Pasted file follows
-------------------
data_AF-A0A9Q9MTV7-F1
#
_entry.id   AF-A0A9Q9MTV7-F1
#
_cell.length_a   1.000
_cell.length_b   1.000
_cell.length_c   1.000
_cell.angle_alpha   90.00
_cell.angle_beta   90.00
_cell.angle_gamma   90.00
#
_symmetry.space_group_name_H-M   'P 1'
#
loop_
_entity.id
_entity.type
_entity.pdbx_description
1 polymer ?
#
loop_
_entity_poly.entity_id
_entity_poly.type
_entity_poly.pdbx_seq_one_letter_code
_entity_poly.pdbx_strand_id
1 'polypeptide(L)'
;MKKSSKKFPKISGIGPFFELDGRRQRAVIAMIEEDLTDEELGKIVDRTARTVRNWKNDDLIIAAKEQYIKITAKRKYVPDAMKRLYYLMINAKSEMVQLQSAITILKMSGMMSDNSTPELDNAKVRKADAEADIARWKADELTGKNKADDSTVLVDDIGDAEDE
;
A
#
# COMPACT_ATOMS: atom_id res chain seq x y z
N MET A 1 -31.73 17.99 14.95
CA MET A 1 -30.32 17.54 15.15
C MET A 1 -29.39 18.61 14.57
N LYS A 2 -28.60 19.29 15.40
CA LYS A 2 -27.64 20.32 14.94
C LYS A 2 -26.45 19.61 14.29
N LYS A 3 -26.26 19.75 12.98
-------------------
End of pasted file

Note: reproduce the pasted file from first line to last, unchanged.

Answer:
data_AF-A0A9Q9MTV7-F1
#
_entry.id   AF-A0A9Q9MTV7-F1
#
_cell.length_a   1.000
_cell.length_b   1.000
_cell.length_c   1.000
_cell.angle_alpha   90.00
_cell.angle_beta   90.00
_cell.angle_gamma   90.00
#
_symmetry.space_group_name_H-M   'P 1'
#
loop_
_entity.id
_entity.type
_entity.pdbx_description
1 polymer ?
#
loop_
_entity_poly.entity_id
_entity_poly.type
_entity_poly.pdbx_seq_one_letter_code
_entity_poly.pdbx_strand_id
1 'polypeptide(L)'
;MKKSSKKFPKISGIGPFFELDGRRQRAVIAMIEEDLTDEELGKIVDRTARTVRNWKNDDLIIAAKEQYIKITAKRKYVPDAMKRLYYLMINAKSEMVQLQSAITILKMSGMMSDNSTPELDNAKVRKADAEADIARWKADELTGKNKADDSTVLVDDIGDAEDE
;
A
#
# COMPACT_ATOMS: atom_id res chain seq x y z
N MET A 1 -31.73 17.99 14.95
CA MET A 1 -30.32 17.54 15.15
C MET A 1 -29.39 18.61 14.57
N LYS A 2 -28.60 19.29 15.40
CA LYS A 2 -27.64 20.32 14.94
C LYS A 2 -26.45 19.61 14.29
N LYS A 3 -26.26 19.75 12.98